Within CAMWS Territory:
Helen M. Chesnutt (1880-1969), Black Latinist
Michele Valerie Ronnick
Wayne State University
Recent scholarship in classics has begun to delineate the dynamic pattern
of black classicism in the U.S., a pattern that has gone heretofore unnoticed.
This new subfield of the classical tradition involves itself in analysis
of both the creative response to classical antiquity by artists as
well as the history of the professional training of scholars, pedagogues and
students in high schools colleges and universities.
One figure from the first category is Helen Maria Chesnutt (1880-1969).
Born in Fayetteville, North Carolina, Chesnutt was the second daughter of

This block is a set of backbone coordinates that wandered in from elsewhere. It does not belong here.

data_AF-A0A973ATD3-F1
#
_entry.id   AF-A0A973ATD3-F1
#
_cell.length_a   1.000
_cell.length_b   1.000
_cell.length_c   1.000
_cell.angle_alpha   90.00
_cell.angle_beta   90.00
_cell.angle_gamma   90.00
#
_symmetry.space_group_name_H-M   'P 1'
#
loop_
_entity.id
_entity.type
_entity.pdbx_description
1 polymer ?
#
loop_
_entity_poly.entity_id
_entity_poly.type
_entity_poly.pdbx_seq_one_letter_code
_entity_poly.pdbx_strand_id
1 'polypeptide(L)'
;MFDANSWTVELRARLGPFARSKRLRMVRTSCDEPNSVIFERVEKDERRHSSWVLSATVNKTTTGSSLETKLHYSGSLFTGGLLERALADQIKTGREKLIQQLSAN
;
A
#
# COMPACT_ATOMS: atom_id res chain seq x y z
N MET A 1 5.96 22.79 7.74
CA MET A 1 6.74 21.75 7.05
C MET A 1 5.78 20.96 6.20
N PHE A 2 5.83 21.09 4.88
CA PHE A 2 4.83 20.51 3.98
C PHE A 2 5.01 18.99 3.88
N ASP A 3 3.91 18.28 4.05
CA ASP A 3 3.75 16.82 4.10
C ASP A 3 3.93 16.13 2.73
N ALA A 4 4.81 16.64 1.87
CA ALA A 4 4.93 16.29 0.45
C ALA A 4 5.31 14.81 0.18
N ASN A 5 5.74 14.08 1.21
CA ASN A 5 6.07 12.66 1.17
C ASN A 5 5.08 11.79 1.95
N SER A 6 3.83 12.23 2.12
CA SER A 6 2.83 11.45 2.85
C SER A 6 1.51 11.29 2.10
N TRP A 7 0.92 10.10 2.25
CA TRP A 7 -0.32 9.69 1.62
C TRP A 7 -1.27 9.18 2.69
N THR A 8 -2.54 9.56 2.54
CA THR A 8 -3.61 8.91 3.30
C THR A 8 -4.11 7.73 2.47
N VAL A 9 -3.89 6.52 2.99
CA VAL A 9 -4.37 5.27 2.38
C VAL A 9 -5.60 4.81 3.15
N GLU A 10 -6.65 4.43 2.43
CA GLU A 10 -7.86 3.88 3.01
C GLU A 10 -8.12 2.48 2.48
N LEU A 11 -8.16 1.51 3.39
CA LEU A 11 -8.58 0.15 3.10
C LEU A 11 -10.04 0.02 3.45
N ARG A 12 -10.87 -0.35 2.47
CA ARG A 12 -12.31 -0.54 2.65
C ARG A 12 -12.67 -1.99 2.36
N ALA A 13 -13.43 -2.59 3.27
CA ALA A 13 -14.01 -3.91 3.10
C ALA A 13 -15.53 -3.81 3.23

acclaimed African American novelist Charles Chesnutt, She earned her B.A.
from Smith College in 1902 and her M.A. in Latin from Columbia
University in 1925. She taught Latin for many years at Central High
School in Cleveland, Ohio. Among her pupils was one who became famous. This
was the poet Langston Hughes who found her inspiring. In addition she co-authored
with Martha Olivenbaum and Nellie Rosebaugh a beginning Latin textbook entitled The
Road to Latin (1932), which was
published several times in subsequent years. She was also member of
the American Philological Association from 1920 through 1934.
Using a set of slides my paper will present a synopsis of her life and career.
We should become acquainted with the face of this accomplished Latin teacher
who practiced her profession within CAMWS territory.